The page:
2016 was the year that brought us surprise, seismic political changes, pushed commodities markets through yet more turbulence and took down another stalwart of the British high street.
@afneil If you're at a Quiz in the future and the question starts 'Which year did . . ' just say 2016 and you'll probably be right— john fallon (@jpfallon27) July 16, 2016
From Brexit to Trump, BHS to Opec, here are the defining pictures of the year's biggest stories for the business world and the City of London.
George Osborne's last Budget
Former chancellor George Osborne sprung his soft drinks levy (dubbed the sugar tax) on the unsuspecting British public in his March Budget, but there were few other surprises in his red briefcase.
Read more: 2016 Budget approved by MPs - including IDS
Phoenix from the ashes? The UK's steel crisis
The Port Talbot steel plant in Wales became one of the standout pictures of the year in 2016. The site, which contains two of the UK's last remaining blast furnaces, became synonymous with the wider steel crisis when Tata Steel announced it would be selling its UK assets at the end of March.
By the summer, the Indian conglomerate had backtracked on the sale after a mammoth backlash and later agreed a £1bn deal with steelworkers unions to save the plant in December.
London mayoral's race: Sadiq Khan triumphs over Zac Goldsmith
Sadiq Khan, the London-raised son of a bus driver, won the city's mayoral election in May against the former Richmond Tory MP Zac Goldsmith. Khan clinched the biggest ever mandate from the electorate, ending eight years of Conservative control at City Hall. Former mayor Boris Johnson later became anointed as the UK's foreign secretary.
The shopkeepers: Sir Philip Green and Mike Ashley fall from grace
In June, Sports Direct International founder Mike Ashley faced the Commons Select Committee, where he was slammed by MPs. Sports Direct has been marred by comparisons of its "Victorian workhouse" factory conditions, among a slew of other criticisms.
Another major figure in British business, Sir Philip Green, was also slammed this year after British high street store BHS finally shut up shop in August. MPs voted to strip Philip Green of his knighthood in October following the debacle.
Brexit (probably the defining word of the UK in 2016)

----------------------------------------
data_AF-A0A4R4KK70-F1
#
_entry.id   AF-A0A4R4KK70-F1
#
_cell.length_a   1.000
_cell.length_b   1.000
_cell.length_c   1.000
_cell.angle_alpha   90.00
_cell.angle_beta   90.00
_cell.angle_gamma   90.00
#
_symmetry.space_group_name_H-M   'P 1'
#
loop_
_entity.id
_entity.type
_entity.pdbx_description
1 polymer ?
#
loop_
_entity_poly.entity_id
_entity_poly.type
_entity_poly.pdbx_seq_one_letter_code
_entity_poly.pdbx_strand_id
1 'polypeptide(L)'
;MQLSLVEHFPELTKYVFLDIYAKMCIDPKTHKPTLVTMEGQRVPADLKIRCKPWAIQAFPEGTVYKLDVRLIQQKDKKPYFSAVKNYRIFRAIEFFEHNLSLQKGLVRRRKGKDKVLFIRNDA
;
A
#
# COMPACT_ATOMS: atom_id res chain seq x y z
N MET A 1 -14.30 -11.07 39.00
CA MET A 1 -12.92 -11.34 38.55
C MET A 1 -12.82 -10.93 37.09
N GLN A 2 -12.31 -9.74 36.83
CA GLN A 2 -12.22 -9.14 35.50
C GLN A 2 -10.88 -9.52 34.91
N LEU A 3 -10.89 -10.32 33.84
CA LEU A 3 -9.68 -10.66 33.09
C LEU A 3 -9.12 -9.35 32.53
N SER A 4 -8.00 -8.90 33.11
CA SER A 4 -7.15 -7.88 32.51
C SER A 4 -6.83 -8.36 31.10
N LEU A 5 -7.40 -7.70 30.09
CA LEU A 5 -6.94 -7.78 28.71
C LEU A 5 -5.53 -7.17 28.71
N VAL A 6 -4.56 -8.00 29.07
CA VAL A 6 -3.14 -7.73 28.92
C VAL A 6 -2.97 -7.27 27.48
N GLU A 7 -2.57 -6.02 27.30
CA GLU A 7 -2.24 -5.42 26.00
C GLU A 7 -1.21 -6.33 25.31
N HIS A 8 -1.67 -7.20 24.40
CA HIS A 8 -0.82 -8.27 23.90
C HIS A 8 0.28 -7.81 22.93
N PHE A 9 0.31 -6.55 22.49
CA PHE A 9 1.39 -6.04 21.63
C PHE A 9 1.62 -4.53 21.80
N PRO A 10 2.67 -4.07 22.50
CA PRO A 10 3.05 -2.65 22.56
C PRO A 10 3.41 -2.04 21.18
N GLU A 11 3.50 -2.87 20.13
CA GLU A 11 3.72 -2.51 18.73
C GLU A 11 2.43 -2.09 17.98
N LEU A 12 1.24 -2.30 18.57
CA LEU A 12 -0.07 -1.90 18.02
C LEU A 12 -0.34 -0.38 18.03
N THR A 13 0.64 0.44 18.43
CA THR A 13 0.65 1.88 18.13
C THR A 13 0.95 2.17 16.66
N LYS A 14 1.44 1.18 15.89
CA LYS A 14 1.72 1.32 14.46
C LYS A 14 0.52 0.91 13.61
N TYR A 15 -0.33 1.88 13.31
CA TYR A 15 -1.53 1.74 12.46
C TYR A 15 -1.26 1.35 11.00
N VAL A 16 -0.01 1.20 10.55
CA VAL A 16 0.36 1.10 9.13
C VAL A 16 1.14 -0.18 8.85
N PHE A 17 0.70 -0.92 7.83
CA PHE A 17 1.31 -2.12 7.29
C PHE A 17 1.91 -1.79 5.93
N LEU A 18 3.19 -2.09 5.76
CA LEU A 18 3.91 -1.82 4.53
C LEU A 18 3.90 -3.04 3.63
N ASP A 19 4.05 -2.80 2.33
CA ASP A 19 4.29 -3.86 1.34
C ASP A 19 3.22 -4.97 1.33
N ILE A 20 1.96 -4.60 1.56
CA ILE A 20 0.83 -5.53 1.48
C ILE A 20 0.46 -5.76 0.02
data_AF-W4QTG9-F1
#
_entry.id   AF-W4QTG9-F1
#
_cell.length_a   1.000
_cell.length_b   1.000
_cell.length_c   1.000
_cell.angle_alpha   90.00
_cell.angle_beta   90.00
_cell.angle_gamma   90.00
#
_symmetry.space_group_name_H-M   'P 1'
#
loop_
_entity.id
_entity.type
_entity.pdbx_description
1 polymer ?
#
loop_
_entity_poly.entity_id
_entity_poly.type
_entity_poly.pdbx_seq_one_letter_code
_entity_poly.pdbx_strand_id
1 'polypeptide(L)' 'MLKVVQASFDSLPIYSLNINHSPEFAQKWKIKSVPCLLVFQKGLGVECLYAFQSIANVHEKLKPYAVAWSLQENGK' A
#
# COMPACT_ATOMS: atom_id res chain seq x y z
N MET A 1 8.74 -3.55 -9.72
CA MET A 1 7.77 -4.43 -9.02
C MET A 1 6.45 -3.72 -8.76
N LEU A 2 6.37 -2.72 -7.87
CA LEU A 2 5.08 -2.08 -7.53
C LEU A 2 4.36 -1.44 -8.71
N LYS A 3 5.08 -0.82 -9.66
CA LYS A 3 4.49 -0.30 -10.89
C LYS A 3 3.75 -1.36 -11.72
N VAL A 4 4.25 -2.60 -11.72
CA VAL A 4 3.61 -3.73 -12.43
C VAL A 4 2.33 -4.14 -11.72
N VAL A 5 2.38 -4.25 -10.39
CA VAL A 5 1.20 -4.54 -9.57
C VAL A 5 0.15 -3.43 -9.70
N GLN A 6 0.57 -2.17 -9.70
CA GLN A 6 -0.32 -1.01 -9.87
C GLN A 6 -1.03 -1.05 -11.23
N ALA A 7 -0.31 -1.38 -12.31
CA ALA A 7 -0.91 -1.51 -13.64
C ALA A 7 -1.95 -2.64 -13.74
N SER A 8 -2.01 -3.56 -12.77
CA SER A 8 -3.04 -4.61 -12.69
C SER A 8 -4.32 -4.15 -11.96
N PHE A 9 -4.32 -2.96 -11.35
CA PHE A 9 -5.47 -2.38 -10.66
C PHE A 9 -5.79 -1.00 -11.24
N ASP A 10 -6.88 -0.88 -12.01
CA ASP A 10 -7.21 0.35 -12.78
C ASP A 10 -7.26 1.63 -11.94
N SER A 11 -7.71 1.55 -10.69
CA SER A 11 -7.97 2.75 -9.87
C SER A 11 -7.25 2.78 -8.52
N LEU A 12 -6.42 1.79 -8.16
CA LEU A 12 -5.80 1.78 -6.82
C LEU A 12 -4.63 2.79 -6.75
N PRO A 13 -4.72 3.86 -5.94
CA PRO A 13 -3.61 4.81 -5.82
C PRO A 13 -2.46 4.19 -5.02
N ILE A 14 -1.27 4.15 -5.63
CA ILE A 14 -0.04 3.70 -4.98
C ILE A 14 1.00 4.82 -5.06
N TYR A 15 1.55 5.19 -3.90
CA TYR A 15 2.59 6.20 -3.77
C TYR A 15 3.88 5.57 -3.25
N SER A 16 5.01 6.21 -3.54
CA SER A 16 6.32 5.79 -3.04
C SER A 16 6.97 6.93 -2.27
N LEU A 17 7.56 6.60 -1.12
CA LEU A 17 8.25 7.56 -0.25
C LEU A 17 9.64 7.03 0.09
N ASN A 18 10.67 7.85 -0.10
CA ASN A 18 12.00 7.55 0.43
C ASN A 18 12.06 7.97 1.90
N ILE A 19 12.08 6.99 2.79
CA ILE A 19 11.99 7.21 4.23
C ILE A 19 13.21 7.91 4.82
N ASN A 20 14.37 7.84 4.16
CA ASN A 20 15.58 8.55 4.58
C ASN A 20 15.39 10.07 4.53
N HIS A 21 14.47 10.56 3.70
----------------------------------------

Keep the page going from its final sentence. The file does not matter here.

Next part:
After spending most of the night tracking the increasingly pro-Brexit polls, much of the nation watched bleary-eyed as David Cameron resigned on the morning of 24 June outside Number 10 Downing Street. The 52 per cent vote to the leave the European Union ushered out many familiar faces from the cabinet. The meaning of Brexit is still far from clear, though Article 50 is due to be triggered by next spring.
Read more: EU referendum results: The map
In the run-up to the referendum, the Brexit flotilla that saw Nigel Farage (below) and Bob Geldof (also below) engage in a bizarre boat standoff on the Thames that became perhaps the defining moment of campaigning.
In October, businesswoman Gina Miller brought forward a high-profile legal challenge to decide whether an Act of Parliament needs to be in place before government triggers Article 50.
Article 50. Read City A.M.'s interview with Miller here.
In early July, three ex-Barclays workers were slapped with guilty verdicts for their roles in Libor manipulation. Former traders Jay Merchant, 45, and Alex Pabon, 38, and ex-Libor submitter Jonathan Mathew, 35, all stood trial charged with conspiracy to defraud. They were three of five bankers on trial.
Read more: Libor three – Who’s who?
The other two former Barclays bankers will be tried at Southwark Crown Court on 13 February after the jury failed to reach a verdict on their roles on the benchmark rigging scandal.
Prime Minister May
Theresa May was triumphant in the Conservative Party's leadership race in the wake of Cameron's resignation. She was confirmed as PM on 13 July.
Read more: Theresa May: The first 100 days
In August, the Bank of England cut interest rates from 0.5 per cent to 0.25 per cent. In a dramatic move, the Bank of England’s monetary policy committee (MPC) voted unanimously to slash interest rates while also unleashing a huge extension of quantitative easing which could pump an extra £170bn of newly-printed cash into the economy.
However, Mark Carney's best picture of the year arguably came a month later when the Bank of England issued its first polymer £5 note.
Donald trumps Hillary in the US presidential election
Sweeping aside the conventional wisdom that a political background and a moderate Twitter account will help a campaign for the White House, billionaire tycoon-turned-politician Donald Trump defeated Democrat Hillary Clinton in the presidential election in November.
Industries such as oil and gas and pharmaceuticals are likely to do well out of his tenure, but uncertainty reigns in the rest of the business world.
Nigel Farage also popped up again in another key photo of the year, this time with America's new President-elect.
Nigel Farage (@Nigel_Farage) November 12, 2016
Philip Hammond's first (and last) Autumn Statement
Also in November, the UK's new chancellor Philip Hammond took some rather posey photos with the Autumn Statement at Number 11 Downing Street. The most important announcement in the statement was that it would be the last — also meaning there will be two Budgets next year.
After bottoming out at $27 a barrel in January this year, the Organisation of the Petroleum Exporting Countries changed the oil market's fortunes at the end of November when it met in Vienna to agree a six-month deal to cut daily production by 1.2m barrels among its 13 member states.
In December, Opec added to the first deal by agreeing with 11 non-Opec oil producers to cut production by a further 558,000 barrels per day from January to June. Brent crude prices have risen by around 20 per cent since the 30 November agreement.